White Guy Watches Bollywood

A random white guy engages with contemporary Indian cinema... one movie at a time

Hindi Movie Review: Sukhee doesn’t introduce anything new to the midlife female empowerment genre

Shilpa Shetty Kundra stars in "Sukhee," directed by Sonal Joshi, here reviewed by White Guy Watches Bollywood.

Sonal Joshi’s Sukhee scores plenty of points for being well-intentioned, but virtually none for originality, which isn’t the optimal balance for a greeting card, much less a movie. The latest entry into the “middle-aged woman finds herself” subgenre – which has grown tired in both the East and West – it offers few new insights about midlife reawakening and less edge than even Eat Pray Love. And yet, it’s hard to feel much hostility towards the film because, well, everybody’s heart seems to be in the right place. The title character is sympathetic, the ultimate message is unobjectionable, and the movie as a whole goes down relatively easy. Sukhee feels more unnecessary than it does unenjoyable.

Shilpa Shetty Kundra plays Sukhpreet “Sukhee” Kalra, a Punjabi homemaker whose contributions to her family and marriage go entirely underappreciated. Her husband Guru (Chaitanya Choudhry) is consistently preoccupied by financial climbing and winning contracts at work; her teenage daughter Jassi (Maahi Jain) takes her motherly efforts for granted. Only Sukhee’s elderly father-in-law (Vinod Nagpal) seems to recognize all that she does, and he passes away not a half-hour into the picture. So when an invitation to her 25-year high school reunion lands in her inbox, the disaffected Sukhee realizes that it’s time to return to her teenage home of Delhi and get back in touch with the independent, vivacious young woman she once was, objecting husband be damned.

We’ve seen this setup a hundred times before, presented in at least a half-dozen different cultural contexts and languages. But in the lead role, Shetty Kundra is plenty heartfelt and authentic, so despite the story’s lacking urgency, we buy into her arc and invest enough in her character. For as conventional as the scenario may be in the context of a film, it rings true enough to life.

What doesn’t ring nearly as true is the age-old friendship dynamic between the four women we’re supposed to believe were once best gal-pals in high school. This begins with the selection of actresses. I’m typically not one to harp on age discrepancies in casting, but there’s just no way to genuinely buy that the 48-year-old Shetty Kundra is the same age as 34-year-old Kusha Kapila, who plays the most prominent and engaging friend in the group, Meher. The other two actresses in the bunch, Dilnaz Irani and Pavleen Gujral, appear to have an even larger gap between them (substantiated by less-than-official online sources). While not quite as actively distracting as Dear Evan Hansen’s Ben Platt or the cast of TV’s Glee playing characters much younger than their real ages, the outlandish gap between the cast here consistently undermines any efforts to sell the audience on an authentic connection between them.

Beyond their obvious age differences, the central quartet doesn’t do a great job of evoking a strong sense of a shared past that binds them, either. We see their 17-year-old counterparts spending time together in flashback camcorder footage, but they do little in their present-day performances to convince us that they have a time-tested bond. But they’re fun to watch together in a more general sense; the film in many ways would have been better off going for a straight Sex and the City or Joy Ride scenario, rather than integrating a high school reunion requiring them to be the same age. Kapila, in particular, has a very fun screen presence, which previously catapulted her to YouTube fame.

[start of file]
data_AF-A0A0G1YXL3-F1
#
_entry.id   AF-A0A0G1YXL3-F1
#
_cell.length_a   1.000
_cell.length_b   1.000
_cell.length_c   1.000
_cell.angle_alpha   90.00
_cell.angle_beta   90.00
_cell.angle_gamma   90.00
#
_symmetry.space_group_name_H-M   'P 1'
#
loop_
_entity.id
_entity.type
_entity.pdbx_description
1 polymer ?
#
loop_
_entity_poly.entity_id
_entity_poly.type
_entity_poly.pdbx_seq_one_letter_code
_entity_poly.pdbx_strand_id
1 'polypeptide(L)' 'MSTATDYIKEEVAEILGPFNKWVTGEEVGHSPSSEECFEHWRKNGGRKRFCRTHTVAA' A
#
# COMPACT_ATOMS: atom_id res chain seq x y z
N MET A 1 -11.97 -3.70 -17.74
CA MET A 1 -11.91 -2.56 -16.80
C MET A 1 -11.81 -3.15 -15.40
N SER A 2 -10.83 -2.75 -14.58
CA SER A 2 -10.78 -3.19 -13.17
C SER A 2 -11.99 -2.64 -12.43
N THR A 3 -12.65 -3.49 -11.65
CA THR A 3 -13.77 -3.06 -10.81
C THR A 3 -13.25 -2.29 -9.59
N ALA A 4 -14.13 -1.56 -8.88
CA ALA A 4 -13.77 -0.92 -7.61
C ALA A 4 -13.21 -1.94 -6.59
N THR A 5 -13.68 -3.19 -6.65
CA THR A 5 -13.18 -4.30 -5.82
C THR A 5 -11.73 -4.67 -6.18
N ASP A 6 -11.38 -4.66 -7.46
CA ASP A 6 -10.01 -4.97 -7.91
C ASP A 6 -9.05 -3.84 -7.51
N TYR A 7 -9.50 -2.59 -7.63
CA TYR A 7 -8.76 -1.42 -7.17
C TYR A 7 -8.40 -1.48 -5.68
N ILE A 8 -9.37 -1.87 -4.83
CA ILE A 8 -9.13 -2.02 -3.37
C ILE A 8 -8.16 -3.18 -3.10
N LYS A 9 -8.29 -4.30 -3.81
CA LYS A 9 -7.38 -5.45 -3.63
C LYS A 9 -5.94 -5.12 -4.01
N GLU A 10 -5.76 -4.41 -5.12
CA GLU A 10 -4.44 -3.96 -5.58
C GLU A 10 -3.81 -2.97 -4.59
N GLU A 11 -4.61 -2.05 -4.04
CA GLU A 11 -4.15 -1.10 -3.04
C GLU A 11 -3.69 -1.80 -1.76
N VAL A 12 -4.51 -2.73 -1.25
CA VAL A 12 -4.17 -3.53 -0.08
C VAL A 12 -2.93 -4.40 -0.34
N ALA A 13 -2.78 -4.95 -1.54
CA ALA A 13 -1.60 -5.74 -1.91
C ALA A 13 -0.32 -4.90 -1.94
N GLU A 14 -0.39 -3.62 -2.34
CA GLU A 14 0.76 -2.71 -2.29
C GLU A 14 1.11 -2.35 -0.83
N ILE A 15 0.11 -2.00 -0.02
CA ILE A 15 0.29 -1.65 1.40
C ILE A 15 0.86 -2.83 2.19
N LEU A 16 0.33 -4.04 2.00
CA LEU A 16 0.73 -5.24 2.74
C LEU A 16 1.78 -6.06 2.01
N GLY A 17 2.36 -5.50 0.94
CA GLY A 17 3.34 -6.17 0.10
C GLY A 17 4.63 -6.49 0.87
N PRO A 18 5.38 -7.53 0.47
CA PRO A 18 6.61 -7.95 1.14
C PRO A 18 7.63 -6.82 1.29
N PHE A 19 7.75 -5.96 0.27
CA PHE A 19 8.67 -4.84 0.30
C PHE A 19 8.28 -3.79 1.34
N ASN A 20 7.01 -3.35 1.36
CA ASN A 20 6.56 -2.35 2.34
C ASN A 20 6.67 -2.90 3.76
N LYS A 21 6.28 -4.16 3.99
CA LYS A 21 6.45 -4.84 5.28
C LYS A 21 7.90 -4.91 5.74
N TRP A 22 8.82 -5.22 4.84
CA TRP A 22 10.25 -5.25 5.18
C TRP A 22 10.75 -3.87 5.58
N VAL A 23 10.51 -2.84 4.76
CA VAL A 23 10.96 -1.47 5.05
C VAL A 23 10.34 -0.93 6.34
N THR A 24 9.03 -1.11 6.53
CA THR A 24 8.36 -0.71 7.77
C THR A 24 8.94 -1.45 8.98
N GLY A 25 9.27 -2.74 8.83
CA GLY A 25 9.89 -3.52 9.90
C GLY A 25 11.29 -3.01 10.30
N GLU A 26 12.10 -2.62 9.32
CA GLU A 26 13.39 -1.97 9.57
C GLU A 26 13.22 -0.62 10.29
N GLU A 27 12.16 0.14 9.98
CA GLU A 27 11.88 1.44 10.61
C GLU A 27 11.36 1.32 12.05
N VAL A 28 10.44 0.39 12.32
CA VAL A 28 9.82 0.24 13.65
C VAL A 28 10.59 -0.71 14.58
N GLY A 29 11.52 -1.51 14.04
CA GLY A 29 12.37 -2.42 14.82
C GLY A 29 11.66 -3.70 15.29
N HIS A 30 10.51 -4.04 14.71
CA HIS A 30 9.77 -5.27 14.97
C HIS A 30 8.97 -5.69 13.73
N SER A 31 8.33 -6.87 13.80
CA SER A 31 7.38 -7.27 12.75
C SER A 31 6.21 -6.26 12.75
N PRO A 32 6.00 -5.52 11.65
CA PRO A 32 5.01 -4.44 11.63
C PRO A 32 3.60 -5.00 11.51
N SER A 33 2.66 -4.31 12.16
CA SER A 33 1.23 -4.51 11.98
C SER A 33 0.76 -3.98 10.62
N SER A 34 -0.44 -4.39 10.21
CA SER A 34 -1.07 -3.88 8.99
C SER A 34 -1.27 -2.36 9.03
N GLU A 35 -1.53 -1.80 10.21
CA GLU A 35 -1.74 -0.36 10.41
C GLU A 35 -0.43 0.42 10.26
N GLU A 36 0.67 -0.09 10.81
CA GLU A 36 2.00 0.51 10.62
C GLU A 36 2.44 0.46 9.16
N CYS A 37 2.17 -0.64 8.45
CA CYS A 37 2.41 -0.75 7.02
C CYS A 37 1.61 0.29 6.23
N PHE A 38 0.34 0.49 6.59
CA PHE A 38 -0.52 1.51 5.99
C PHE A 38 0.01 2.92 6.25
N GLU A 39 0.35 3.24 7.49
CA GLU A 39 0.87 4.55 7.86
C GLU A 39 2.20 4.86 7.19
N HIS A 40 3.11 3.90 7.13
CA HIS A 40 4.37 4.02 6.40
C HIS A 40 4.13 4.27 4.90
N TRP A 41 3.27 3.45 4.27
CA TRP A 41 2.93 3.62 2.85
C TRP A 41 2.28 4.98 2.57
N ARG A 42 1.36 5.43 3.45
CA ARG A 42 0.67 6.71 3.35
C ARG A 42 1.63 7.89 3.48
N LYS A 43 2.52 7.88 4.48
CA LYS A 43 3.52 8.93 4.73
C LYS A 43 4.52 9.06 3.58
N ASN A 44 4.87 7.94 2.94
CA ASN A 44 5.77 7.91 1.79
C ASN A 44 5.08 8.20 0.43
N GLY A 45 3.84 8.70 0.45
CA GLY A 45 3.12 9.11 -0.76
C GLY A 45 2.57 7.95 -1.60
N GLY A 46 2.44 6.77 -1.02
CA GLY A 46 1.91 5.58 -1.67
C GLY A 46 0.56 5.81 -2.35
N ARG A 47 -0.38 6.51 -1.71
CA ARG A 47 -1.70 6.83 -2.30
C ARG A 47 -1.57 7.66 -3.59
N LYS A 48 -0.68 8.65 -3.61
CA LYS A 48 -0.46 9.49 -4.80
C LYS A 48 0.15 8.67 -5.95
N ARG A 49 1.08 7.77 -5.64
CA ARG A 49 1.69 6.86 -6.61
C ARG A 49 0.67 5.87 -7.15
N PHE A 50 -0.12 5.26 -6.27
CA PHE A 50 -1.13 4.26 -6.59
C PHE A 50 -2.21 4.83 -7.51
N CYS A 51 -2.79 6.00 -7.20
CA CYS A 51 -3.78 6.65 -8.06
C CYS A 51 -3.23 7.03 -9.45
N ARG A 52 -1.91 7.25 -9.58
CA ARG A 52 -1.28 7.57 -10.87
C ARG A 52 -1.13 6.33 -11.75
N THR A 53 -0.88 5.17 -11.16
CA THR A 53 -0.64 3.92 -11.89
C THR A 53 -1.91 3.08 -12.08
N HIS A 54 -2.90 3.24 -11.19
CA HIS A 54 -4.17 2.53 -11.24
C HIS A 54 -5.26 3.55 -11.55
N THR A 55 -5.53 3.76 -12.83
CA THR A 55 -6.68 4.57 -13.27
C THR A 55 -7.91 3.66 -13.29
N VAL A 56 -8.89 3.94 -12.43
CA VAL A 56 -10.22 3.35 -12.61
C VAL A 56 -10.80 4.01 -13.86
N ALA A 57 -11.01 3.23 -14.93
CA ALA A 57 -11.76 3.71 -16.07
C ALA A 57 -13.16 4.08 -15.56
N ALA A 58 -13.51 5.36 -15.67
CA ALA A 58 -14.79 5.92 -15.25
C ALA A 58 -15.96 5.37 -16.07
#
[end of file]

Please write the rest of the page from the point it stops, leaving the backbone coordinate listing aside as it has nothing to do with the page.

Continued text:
Granted, when the friendship dynamic veers too far into outrageous humor, attempting to copycat the diarrhea sequence from Bridesmaids after the four spend the evening on a “Delhi Belly” food crawl, it also feels like it’s trying too hard. But in the smaller, quieter, more relationship-driven moments, these actresses have real chemistry and enjoyable interplay together. They may not be credible high school friends, but that’s not to say they couldn’t be friends as adults.

As one would expect in a Hindi film, there’s also a will-they-or-won’t-they romance. It’s between Sukhee and Vikram Verma (played by Amit Sadh), a high school classmate who always had a crush on her, and who happened to grow up into a more attractive adult. On the outs with her husband, Sukhee begins to consider what life in Delhi might look like with Vikram. This drama is mostly paint-by-numbers, but as with much of the rest of the movie, the actors are charming enough in the dynamic that we go along with it. I will also give the film credit that it actually made me wonder if Sukhee might really leave her husband and go for Vikram, even though this would completely break the rules of this genre of Bollywood. Additionally, Vikram owns race horses and Sukhee decides to be the jockey for a race, which while patently absurd makes for a very entertaining sequence involving her friends cheering her on from the stands.

Following an ample number of hijinks in Delhi, Sukhee ultimately makes the expected pivot back to being a movie about family. As Sukhee’s husband and daughter, respectively, Choudhry and Jain are believable (if not exactly likable) enough for the resolution of the domestic drama to not feel like a complete chore. That’s kind of the movie in a nutshell: it’s never unwatchable, but it’s also rarely engaging enough to spark genuine enthusiasm in the viewer. For those who eat up female midlife crisis movies, it’ll probably do the trick; for everyone else, there’s no reason to see it.

Rating: ★★½ (out of ★★★★★)

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